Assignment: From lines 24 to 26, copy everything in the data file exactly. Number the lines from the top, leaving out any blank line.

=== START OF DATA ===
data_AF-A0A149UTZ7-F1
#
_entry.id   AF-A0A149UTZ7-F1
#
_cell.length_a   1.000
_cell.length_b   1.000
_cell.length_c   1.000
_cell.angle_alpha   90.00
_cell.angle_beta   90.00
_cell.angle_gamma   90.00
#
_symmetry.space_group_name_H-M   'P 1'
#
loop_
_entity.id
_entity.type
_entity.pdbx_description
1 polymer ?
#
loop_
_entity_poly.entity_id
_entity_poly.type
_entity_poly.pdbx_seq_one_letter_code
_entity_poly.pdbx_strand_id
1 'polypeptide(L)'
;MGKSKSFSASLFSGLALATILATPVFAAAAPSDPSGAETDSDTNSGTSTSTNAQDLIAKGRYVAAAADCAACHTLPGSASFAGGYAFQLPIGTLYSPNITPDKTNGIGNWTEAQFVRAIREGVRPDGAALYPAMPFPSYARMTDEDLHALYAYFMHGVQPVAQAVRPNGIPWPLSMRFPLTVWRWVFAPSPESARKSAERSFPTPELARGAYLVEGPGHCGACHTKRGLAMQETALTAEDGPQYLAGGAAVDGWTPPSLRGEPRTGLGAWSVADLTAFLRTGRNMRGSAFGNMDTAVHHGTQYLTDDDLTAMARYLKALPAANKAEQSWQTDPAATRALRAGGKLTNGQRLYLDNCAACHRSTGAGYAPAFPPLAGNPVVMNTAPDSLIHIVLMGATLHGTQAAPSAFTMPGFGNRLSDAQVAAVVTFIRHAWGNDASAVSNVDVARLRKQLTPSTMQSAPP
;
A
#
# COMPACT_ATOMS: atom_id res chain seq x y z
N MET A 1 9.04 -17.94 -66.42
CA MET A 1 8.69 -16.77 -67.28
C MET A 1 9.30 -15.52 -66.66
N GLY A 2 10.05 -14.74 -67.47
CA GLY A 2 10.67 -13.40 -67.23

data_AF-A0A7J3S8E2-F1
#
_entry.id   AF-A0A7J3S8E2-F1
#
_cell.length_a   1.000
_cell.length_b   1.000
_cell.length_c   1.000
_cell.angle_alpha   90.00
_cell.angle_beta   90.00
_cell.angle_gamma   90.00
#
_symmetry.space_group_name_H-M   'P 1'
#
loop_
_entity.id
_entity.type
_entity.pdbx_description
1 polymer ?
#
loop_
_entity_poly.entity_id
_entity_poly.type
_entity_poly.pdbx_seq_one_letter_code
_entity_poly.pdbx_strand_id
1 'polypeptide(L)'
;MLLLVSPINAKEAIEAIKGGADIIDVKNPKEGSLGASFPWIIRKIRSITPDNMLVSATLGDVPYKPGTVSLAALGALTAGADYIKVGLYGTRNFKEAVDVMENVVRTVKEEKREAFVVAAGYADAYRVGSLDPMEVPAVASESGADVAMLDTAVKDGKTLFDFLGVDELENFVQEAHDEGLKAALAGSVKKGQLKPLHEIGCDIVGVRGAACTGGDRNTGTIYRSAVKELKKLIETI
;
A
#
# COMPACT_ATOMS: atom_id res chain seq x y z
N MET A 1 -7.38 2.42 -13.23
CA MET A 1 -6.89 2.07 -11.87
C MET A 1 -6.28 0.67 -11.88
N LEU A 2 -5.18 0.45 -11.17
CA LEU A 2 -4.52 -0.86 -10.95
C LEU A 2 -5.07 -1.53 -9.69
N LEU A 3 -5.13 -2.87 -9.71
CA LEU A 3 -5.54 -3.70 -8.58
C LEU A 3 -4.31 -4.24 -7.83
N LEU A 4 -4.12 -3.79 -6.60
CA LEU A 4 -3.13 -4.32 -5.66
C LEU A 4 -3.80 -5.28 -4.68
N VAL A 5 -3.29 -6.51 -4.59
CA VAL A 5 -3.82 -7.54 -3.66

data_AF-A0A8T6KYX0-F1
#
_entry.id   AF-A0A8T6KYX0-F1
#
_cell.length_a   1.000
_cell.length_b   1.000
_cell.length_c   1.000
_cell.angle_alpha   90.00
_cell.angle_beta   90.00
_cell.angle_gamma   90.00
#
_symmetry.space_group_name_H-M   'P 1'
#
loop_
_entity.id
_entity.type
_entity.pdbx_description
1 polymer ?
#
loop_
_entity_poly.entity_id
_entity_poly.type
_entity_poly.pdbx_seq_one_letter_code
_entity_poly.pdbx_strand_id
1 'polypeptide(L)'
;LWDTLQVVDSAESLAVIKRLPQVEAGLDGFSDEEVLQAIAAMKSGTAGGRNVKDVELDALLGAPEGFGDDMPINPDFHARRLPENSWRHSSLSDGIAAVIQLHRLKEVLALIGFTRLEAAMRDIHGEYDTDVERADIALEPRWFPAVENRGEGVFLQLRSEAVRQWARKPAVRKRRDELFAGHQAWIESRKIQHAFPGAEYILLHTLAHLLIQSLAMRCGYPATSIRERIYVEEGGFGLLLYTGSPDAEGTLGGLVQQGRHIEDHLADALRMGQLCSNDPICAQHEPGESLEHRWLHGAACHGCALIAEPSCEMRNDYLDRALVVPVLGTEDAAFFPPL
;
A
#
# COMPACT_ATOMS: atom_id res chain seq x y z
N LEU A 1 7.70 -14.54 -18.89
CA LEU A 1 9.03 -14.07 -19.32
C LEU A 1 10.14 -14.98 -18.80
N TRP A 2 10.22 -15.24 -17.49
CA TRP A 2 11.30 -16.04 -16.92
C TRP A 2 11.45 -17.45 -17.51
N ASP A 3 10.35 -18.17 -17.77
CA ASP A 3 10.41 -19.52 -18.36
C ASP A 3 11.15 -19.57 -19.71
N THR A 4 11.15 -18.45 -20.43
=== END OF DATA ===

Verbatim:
_entity_poly.pdbx_strand_id
1 'polypeptide(L)'
;MGKSKSFSASLFSGLALATILATPVFAAAAPSDPSGAETDSDTNSGTSTSTNAQDLIAKGRYVAAAADCAACHTLPGSASFAGGYAFQLPIGTLYSPNITPDKTNGIGNWTEAQFVRAIREGVRPDGAALYPAMPFPSYARMTDEDLHALYAYFMHGVQPVAQAVRPNGIPWPLSMRFPLTVWRWVFAPSPESARKSAERSFPTPELARGAYLVEGPGHCGACHTKRGLAMQETALTAEDGPQYLAGGAAVDGWTPPSLRGEPRTGLGAWSVADLTAFLRTGRNMRGSAFGNMDTAVHHGTQYLTDDDLTAMARYLKALPAANKAEQSWQTDPAATRALRAGGKLTNGQRLYLDNCAACHRSTGAGYAPAFPPLAGNPVVMNTAPDSLIHIVLMGATLHGTQAAPSAFTMPGFGNRLSDAQVAAVVTFIRHAWGNDASAVSNVDVARLRKQLTPSTMQSAPP